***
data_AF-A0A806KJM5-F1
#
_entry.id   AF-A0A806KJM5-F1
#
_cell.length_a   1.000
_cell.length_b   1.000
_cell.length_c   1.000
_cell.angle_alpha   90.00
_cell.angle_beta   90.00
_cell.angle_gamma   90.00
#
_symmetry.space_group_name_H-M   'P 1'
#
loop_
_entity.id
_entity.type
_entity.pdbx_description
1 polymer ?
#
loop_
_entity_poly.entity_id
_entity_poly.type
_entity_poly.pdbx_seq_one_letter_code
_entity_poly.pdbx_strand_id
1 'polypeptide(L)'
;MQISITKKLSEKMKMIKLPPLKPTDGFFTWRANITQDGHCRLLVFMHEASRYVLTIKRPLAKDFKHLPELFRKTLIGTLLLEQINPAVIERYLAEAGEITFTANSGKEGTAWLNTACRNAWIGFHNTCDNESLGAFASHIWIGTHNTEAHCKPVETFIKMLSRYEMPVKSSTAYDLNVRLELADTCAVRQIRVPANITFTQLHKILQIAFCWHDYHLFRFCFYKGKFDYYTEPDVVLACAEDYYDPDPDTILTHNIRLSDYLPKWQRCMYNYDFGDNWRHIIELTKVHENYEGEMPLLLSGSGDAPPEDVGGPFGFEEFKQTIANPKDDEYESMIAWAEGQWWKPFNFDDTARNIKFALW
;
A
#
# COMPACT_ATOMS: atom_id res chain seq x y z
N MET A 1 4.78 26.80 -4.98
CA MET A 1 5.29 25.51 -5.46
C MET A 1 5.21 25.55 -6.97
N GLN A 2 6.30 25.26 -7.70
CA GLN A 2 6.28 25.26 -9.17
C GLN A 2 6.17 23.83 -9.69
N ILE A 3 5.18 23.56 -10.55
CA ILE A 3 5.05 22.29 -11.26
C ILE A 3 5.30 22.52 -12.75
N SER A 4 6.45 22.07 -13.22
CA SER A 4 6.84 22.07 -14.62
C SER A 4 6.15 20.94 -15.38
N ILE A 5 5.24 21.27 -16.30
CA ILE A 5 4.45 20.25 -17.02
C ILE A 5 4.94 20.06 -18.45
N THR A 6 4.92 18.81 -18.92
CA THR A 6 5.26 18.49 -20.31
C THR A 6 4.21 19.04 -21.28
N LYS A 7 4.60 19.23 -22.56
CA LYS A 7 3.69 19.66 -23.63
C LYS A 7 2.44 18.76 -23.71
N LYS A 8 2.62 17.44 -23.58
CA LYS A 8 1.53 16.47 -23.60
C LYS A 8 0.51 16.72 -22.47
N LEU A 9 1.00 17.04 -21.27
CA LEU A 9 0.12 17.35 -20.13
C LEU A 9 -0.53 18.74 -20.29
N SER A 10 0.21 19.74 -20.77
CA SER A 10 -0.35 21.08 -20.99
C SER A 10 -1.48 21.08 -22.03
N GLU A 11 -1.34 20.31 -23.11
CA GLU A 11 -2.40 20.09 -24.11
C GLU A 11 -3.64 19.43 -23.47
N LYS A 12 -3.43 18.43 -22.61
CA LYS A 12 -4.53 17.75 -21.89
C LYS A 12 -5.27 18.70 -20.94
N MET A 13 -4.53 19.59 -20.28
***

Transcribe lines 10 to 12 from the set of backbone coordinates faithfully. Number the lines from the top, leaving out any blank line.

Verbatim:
_cell.angle_gamma   90.00
#
_symmetry.space_group_name_H-M   'P 1'